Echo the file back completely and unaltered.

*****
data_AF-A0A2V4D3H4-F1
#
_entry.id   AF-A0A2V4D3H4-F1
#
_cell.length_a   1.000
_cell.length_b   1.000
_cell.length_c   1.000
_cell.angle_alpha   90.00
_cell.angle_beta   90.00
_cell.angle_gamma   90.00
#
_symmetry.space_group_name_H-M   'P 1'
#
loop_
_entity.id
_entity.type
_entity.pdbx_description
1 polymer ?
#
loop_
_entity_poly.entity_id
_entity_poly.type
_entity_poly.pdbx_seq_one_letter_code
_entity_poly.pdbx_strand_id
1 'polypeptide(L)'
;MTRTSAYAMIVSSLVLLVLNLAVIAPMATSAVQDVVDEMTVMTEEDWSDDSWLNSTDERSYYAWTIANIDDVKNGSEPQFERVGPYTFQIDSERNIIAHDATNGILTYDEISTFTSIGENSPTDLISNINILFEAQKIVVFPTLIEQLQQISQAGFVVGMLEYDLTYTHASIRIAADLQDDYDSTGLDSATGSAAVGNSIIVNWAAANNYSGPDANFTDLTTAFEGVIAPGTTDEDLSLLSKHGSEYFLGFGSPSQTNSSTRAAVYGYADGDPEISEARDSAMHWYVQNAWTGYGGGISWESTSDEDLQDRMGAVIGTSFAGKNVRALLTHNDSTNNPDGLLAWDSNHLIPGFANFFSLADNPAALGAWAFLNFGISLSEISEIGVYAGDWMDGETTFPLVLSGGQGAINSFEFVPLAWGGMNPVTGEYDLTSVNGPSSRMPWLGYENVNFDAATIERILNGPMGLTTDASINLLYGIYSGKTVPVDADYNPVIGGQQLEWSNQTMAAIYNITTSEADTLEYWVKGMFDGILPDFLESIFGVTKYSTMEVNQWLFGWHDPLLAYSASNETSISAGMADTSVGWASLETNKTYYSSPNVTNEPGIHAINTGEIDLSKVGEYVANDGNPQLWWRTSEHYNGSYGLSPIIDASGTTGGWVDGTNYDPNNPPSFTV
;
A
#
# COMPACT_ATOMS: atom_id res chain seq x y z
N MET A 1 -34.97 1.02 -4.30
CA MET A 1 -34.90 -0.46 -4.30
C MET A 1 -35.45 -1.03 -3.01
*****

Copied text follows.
data_AF-A0A2V4D3H4-F1
#
_entry.id   AF-A0A2V4D3H4-F1
#
_cell.length_a   1.000
_cell.length_b   1.000
_cell.length_c   1.000
_cell.angle_alpha   90.00
_cell.angle_beta   90.00
_cell.angle_gamma   90.00
#
_symmetry.space_group_name_H-M   'P 1'
#
loop_
_entity.id
_entity.type
_entity.pdbx_description
1 polymer ?
#
loop_
_entity_poly.entity_id
_entity_poly.type
_entity_poly.pdbx_seq_one_letter_code
_entity_poly.pdbx_strand_id
1 'polypeptide(L)'
;MTRTSAYAMIVSSLVLLVLNLAVIAPMATSAVQDVVDEMTVMTEEDWSDDSWLNSTDERSYYAWTIANIDDVKNGSEPQFERVGPYTFQIDSERNIIAHDATNGILTYDEISTFTSIGENSPTDLISNINILFEAQKIVVFPTLIEQLQQISQAGFVVGMLEYDLTYTHASIRIAADLQDDYDSTGLDSATGSAAVGNSIIVNWAAANNYSGPDANFTDLTTAFEGVIAPGTTDEDLSLLSKHGSEYFLGFGSPSQTNSSTRAAVYGYADGDPEISEARDSAMHWYVQNAWTGYGGGISWESTSDEDLQDRMGAVIGTSFAGKNVRALLTHNDSTNNPDGLLAWDSNHLIPGFANFFSLADNPAALGAWAFLNFGISLSEISEIGVYAGDWMDGETTFPLVLSGGQGAINSFEFVPLAWGGMNPVTGEYDLTSVNGPSSRMPWLGYENVNFDAATIERILNGPMGLTTDASINLLYGIYSGKTVPVDADYNPVIGGQQLEWSNQTMAAIYNITTSEADTLEYWVKGMFDGILPDFLESIFGVTKYSTMEVNQWLFGWHDPLLAYSASNETSISAGMADTSVGWASLETNKTYYSSPNVTNEPGIHAINTGEIDLSKVGEYVANDGNPQLWWRTSEHYNGSYGLSPIIDASGTTGGWVDGTNYDPNNPPSFTV
;
A
#
# COMPACT_ATOMS: atom_id res chain seq x y z
N MET A 1 -34.97 1.02 -4.30
CA MET A 1 -34.90 -0.46 -4.30
C MET A 1 -35.45 -1.03 -3.01